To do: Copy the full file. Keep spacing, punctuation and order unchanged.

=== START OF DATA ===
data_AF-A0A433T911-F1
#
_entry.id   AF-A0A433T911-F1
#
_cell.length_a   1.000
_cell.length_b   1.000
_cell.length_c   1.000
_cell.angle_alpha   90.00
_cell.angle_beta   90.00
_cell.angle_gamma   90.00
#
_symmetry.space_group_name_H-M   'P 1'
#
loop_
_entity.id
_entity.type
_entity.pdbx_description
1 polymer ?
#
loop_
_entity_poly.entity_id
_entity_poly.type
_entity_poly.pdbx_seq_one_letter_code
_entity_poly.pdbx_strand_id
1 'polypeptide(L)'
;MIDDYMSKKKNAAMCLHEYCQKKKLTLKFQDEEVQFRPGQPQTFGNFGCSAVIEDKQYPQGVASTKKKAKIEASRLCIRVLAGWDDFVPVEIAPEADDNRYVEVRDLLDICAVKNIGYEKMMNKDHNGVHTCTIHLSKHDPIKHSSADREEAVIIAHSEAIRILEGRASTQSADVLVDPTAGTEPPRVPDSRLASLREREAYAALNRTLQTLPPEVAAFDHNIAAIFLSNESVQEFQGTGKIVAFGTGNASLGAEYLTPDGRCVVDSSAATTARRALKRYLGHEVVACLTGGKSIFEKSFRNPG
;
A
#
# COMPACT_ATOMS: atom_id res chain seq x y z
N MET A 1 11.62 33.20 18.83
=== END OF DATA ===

data_AF-A0A433T911-F1
#
_entry.id   AF-A0A433T911-F1
#
_cell.length_a   1.000
_cell.length_b   1.000
_cell.length_c   1.000
_cell.angle_alpha   90.00
_cell.angle_beta   90.00
_cell.angle_gamma   90.00
#
_symmetry.space_group_name_H-M   'P 1'
#
loop_
_entity.id
_entity.type
_entity.pdbx_description
1 polymer ?
#
loop_
_entity_poly.entity_id
_entity_poly.type
_entity_poly.pdbx_seq_one_letter_code
_entity_poly.pdbx_strand_id
1 'polypeptide(L)'
;MIDDYMSKKKNAAMCLHEYCQKKKLTLKFQDEEVQFRPGQPQTFGNFGCSAVIEDKQYPQGVASTKKKAKIEASRLCIRVLAGWDDFVPVEIAPEADDNRYVEVRDLLDICAVKNIGYEKMMNKDHNGVHTCTIHLSKHDPIKHSSADREEAVIIAHSEAIRILEGRASTQSADVLVDPTAGTEPPRVPDSRLASLREREAYAALNRTLQTLPPEVAAFDHNIAAIFLSNESVQEFQGTGKIVAFGTGNASLGAEYLTPDGRCVVDSSAATTARRALKRYLGHEVVACLTGGKSIFEKSFRNPG
;
A
#
# COMPACT_ATOMS: atom_id res chain seq x y z
N MET A 1 11.62 33.20 18.83